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The House on the Hill Where Matilda Lived
Read a story without
pictures to the child
snuggled in your lap,
and his or her
imagination will learn
to create the scene
and action.
A little lost puppy longs to be wanted. Joy grows
in his heart when he discovers that the house on
the hill where Matilda lives has an doghouse.
Maybe, just maybe something is missing at the
house on the hill where Matilda lives.

I spent my childhood in a house on a hill and I
played a major role in true stories  of a lost
animals looking for a home. We always seemed
to have room for one more. You'll have to read
this story to find out if there is room for a lost
puppy at the house on the hill where Matilda
lives.

This is not a picture book. It's a lap-story, best
enjoyed during quiet snuggle time. Grandparents
are very good at this. Parents run a close
second.
Anytime
Read-Alouds
Teach Your Child
the
Joy of reading
At 18 months, my great granddaughter could find her favorite app on
her mom’s iPhone and watch her favorite cartoon. By the time she
reached three, her tiny fingers skillfully maneuvered Scarlett Fox
through the turns, jumps, and slides of Temple Run2 to achieve an out
standing score. I'm  impressed with this amazing ability, but I'm old
fashioned enough to worry. How will she ever discover the joy of
reading in this computerized toy-land?  It's hard to compete with so
much visual and action packed entertainment, but I want to her to crawl
into my lap and say, "Read me a story, Granny."  Snuggled in my arms I
want her to enjoy the words that create the story and learn the joy of
reading. My hope is that our shared experience will kindle an appetite
for stories that will motive her to learn to read, and practice until she
reads well. Then she'll be able to learn just about anything she wants.

To some, this may seem a bit out of date... but I've been through "new
math" and  "whole language learning" with my children and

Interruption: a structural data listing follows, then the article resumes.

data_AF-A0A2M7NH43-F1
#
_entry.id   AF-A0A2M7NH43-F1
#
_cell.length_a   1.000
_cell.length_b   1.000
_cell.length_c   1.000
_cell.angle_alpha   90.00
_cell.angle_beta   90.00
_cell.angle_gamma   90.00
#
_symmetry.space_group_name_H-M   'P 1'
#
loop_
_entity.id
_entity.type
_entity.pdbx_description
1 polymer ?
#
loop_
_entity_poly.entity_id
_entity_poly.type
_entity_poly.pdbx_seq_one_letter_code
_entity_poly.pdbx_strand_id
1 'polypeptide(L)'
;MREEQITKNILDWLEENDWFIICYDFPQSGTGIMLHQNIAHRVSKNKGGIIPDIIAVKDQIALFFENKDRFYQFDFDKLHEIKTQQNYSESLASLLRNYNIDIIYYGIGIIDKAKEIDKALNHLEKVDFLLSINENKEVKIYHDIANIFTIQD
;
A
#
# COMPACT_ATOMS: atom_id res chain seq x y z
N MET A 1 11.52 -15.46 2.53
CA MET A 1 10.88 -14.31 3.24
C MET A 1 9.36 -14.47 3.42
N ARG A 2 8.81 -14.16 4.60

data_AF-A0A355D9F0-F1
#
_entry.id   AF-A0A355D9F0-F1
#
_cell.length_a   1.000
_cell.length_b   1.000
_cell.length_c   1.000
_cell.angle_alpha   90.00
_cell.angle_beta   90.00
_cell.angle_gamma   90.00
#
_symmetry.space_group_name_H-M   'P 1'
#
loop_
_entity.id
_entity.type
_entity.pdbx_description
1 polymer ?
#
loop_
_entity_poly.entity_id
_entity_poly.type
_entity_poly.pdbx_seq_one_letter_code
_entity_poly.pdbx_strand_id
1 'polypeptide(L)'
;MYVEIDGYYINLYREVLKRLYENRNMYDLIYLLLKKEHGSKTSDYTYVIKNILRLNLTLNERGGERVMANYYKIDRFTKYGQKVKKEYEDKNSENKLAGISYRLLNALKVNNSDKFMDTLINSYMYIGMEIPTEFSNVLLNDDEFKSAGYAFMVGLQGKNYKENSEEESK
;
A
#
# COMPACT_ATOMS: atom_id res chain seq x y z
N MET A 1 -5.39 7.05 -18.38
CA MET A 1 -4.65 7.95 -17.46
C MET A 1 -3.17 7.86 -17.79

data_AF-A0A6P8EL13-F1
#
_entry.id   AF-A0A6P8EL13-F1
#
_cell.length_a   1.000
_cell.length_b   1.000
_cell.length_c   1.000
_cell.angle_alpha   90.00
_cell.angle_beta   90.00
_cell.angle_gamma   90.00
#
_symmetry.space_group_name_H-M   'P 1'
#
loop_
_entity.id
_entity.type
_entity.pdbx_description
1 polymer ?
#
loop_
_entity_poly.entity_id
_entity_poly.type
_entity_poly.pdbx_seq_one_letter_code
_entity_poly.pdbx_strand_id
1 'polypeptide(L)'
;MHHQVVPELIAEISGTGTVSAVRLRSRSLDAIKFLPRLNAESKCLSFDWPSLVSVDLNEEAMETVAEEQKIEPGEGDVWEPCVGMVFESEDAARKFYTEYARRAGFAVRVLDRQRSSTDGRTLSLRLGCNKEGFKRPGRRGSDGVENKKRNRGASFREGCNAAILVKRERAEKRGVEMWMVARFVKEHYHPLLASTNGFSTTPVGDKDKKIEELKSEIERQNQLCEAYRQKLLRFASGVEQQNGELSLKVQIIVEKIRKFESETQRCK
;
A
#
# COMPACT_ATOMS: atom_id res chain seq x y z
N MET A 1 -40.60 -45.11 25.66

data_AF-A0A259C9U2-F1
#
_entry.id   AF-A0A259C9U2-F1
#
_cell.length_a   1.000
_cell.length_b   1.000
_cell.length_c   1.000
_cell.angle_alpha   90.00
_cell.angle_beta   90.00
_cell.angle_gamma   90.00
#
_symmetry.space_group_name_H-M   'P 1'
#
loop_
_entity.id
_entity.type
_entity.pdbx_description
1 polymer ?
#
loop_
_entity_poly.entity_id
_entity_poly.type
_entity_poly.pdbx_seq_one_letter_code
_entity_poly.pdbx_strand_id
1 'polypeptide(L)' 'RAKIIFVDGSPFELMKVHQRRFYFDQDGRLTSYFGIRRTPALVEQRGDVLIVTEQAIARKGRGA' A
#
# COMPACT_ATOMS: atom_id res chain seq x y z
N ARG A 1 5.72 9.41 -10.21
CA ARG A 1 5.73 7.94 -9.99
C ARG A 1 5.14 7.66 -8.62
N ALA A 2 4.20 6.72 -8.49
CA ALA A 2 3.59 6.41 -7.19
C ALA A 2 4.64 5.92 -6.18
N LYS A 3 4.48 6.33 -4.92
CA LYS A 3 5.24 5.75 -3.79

grandchildren. I read the statistics - a whole lot of kids don't read all
that well, consequently many of them don't do so well in math and
science either.

A child who learns the joy of reading will want to read. I think "want to"
is the best motivation. I
believe the foundation for that should be laid
very early, a babe in arms, listening to a parent or grandparent's gentle

voice reading a story. As they grow older, the memory of the warmth
and comfort lingers. The child will outgrow the lap but the love for story

will last. And then, what could be more motivating than an open a book
and words that take you to new places peopled with characters that do
the most unexpected things.  The more the child reads the better he or
she will read.

The ability to read cracks the door to doing well in all school subjects.
Reading well throws it wide open.
Author's Note
About the Author
Deanne Durrett's first story for children appeared in Highlights for
Children in 1972. Since then her work has appeared in numerous
magazines, some for children and others for parents. MY NEW SISTER
THE BULLY a novel for mid-grade readers was published in 1986. And
by 2005 she had a published list of 22 nonfiction books for kids and
adults. She has always thought reading, and reading well, opened the
door to opportunity as well as pleasure. For more information check out
other pages in this site.
Page created by  and property of Deanne Durrett
Copyright 2002 - 2013 Deanne Durrett
Last update 4/
14/2013